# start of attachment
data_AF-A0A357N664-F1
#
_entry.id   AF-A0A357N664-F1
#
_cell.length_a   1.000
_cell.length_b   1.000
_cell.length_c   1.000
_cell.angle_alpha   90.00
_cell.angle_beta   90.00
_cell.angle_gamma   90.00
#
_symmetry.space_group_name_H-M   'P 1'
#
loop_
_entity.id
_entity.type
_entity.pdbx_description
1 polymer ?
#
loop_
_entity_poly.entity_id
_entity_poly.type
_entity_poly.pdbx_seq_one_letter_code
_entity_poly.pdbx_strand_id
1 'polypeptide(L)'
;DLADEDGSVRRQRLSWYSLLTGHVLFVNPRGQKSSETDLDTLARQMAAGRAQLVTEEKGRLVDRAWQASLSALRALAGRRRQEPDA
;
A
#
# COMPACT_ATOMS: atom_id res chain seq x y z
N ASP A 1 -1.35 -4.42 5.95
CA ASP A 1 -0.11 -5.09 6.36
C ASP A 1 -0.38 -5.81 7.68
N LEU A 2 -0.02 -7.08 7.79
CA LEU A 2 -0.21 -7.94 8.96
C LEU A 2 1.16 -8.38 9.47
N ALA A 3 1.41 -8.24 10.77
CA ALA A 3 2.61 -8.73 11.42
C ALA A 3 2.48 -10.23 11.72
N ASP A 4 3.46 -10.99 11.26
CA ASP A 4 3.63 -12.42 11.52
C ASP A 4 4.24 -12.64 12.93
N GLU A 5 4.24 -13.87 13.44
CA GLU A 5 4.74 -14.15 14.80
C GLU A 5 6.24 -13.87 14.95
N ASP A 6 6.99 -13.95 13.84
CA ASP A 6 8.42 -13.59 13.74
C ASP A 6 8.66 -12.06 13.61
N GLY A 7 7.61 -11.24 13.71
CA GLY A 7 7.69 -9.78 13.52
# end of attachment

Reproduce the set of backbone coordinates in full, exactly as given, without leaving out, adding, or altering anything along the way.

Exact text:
data_AF-A0A357N664-F1
#
_entry.id   AF-A0A357N664-F1
#
_cell.length_a   1.000
_cell.length_b   1.000
_cell.length_c   1.000
_cell.angle_alpha   90.00
_cell.angle_beta   90.00
_cell.angle_gamma   90.00
#
_symmetry.space_group_name_H-M   'P 1'
#
loop_
_entity.id
_entity.type
_entity.pdbx_description
1 polymer ?
#
loop_
_entity_poly.entity_id
_entity_poly.type
_entity_poly.pdbx_seq_one_letter_code
_entity_poly.pdbx_strand_id
1 'polypeptide(L)'
;DLADEDGSVRRQRLSWYSLLTGHVLFVNPRGQKSSETDLDTLARQMAAGRAQLVTEEKGRLVDRAWQASLSALRALAGRRRQEPDA
;
A
#
# COMPACT_ATOMS: atom_id res chain seq x y z
N ASP A 1 -1.35 -4.42 5.95
CA ASP A 1 -0.11 -5.09 6.36
C ASP A 1 -0.38 -5.81 7.68
N LEU A 2 -0.02 -7.08 7.79
CA LEU A 2 -0.21 -7.94 8.96
C LEU A 2 1.16 -8.38 9.47
N ALA A 3 1.41 -8.24 10.77
CA ALA A 3 2.61 -8.73 11.42
C ALA A 3 2.48 -10.23 11.72
N ASP A 4 3.46 -10.99 11.26
CA ASP A 4 3.63 -12.42 11.52
C ASP A 4 4.24 -12.64 12.93
N GLU A 5 4.24 -13.87 13.44
CA GLU A 5 4.74 -14.15 14.80
C GLU A 5 6.24 -13.87 14.95
N ASP A 6 6.99 -13.95 13.84
CA ASP A 6 8.42 -13.59 13.74
C ASP A 6 8.66 -12.06 13.61
N GLY A 7 7.61 -11.24 13.71
CA GLY A 7 7.69 -9.78 13.52